The concept of aerated showerhead is NOT new. Many commerically available showerheads today can deliver pulsating massage shower AND soft aerated shower. From the news, I don't know what is the difference of the new design from the conventional design, except may be the price.

Saturday, November 18, 2006

Stanford Initiative on the Environment and Sustainability

via The Scout Report
On their site, they pose this query which will give visitors to the site pause: “Can we adequately meet current human needs while protecting and restoring planetary life support systems for the welfare of people today and generations to come?” A good way to start browsing through the site is by clicking on one of their four primary areas, which are represented by small graphic symbols that read “Energy & Climate”, “Fresh Water”, “Land Use & Conservation” and “Oceans & Estuaries”.

It is good to see first class university showing initiative in the very important question of sustainability.

The world's population has more than doubled in the past 50 years, and will most likely increase by at least half again before stabilizing toward the end of this century. Providing food, energy, water, and other goods for this and future populations presents a huge challenge in itself, but it also exacts an enormous cost on the life-support systems of the planet – the atmosphere, climate, water, and ecosystems that provide the goods and services that make our planet habitable.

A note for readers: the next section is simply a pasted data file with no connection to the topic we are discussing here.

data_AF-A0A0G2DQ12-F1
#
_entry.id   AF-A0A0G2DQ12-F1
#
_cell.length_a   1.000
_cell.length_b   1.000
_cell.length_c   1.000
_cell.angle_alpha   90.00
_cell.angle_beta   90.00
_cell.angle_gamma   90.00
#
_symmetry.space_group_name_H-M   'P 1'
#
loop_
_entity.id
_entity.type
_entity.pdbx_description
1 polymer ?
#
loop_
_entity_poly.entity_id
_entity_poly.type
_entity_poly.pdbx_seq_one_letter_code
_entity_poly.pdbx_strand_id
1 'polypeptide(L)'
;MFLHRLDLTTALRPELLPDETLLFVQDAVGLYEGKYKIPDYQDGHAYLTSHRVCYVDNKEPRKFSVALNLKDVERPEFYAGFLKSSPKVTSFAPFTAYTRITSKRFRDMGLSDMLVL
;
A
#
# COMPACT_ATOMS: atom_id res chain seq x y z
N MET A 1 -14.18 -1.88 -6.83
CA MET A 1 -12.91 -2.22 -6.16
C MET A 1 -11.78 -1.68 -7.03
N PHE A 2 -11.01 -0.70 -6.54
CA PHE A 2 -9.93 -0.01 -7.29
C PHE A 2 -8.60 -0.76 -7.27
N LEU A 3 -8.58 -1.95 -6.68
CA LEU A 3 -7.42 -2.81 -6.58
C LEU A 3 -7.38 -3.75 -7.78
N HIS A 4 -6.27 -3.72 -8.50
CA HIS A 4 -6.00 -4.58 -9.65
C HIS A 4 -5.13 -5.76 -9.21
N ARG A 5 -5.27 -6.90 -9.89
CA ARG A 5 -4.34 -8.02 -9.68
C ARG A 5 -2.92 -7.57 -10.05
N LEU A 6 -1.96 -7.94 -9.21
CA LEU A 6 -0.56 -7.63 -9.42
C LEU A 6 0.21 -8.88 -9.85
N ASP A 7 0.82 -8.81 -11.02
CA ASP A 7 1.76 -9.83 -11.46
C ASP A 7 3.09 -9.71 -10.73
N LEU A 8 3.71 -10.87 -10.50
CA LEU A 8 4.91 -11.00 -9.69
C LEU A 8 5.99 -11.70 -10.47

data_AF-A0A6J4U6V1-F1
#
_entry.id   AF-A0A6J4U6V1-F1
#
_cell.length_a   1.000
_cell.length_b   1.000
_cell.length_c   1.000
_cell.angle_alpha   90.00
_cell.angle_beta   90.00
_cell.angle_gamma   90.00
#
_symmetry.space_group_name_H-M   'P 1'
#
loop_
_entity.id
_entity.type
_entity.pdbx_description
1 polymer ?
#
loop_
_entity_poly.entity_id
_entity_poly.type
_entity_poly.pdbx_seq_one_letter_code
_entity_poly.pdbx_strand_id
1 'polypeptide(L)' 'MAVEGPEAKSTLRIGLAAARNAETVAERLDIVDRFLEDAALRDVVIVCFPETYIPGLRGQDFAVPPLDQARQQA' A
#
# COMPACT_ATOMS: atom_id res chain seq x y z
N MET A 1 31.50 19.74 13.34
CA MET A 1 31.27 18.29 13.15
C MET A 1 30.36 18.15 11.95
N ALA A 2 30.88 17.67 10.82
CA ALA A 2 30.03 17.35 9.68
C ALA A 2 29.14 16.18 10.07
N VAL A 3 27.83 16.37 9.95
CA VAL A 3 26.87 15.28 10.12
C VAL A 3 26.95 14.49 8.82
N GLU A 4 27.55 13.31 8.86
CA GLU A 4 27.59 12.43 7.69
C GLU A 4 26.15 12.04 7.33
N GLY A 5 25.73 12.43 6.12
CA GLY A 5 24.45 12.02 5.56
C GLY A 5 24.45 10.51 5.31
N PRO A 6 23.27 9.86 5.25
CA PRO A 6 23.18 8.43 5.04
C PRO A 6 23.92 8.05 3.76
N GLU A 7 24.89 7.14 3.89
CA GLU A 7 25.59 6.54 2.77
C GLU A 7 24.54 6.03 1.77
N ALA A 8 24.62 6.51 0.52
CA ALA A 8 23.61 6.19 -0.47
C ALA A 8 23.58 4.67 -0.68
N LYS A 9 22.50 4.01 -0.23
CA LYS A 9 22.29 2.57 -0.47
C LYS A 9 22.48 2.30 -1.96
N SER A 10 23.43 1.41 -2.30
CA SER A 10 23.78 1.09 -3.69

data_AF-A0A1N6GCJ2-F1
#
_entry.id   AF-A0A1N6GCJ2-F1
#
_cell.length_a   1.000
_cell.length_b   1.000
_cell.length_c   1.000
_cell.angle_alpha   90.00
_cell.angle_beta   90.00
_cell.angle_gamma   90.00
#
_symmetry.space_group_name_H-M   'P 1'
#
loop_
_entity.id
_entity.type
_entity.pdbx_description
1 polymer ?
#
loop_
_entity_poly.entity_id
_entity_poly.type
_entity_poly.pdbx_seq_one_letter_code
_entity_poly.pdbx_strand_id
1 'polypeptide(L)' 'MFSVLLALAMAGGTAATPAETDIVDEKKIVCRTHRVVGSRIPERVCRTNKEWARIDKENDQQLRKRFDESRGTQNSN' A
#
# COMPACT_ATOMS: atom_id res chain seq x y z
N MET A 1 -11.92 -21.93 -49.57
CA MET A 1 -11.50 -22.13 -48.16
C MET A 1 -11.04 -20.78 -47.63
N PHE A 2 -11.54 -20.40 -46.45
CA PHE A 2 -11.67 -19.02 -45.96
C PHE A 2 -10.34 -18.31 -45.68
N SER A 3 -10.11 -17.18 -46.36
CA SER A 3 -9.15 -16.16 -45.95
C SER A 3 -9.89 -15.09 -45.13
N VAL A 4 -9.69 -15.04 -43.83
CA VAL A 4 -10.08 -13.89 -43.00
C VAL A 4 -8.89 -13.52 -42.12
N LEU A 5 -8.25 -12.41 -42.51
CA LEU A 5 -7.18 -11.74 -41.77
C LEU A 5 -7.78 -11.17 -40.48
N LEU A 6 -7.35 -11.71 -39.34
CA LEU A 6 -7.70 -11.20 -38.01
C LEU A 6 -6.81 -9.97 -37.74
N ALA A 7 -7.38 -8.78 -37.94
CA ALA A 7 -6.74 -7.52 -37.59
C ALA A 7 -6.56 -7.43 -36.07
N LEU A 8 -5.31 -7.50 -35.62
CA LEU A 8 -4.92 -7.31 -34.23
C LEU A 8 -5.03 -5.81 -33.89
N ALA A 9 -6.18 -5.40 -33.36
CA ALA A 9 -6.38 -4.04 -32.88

"Can we adequately meet current human needs while protecting and restoring planetary life support systems for the welfare of people today and generations to come?

Friday, November 17, 2006

Waterless laundry

This one of a kind washing system uses ultraviolet-C light for cleaning nano-coated fabrics, a durable and stain resistant fabric that many hypothesize, will be used to make the clothing of the future. The nano-coated fabrics are cleaned with the ultraviolet-C light and free radical oxygen. The ultraviolet-C light can penetrate through every article of fabric to kill bacteria and viruses, while the free radical oxygen acts as a powerful oxidizing agent that can break down dirt into carbon dioxide and water, thus sanitizing the fabric.

Thursday, November 16, 2006

Kyoto & Australia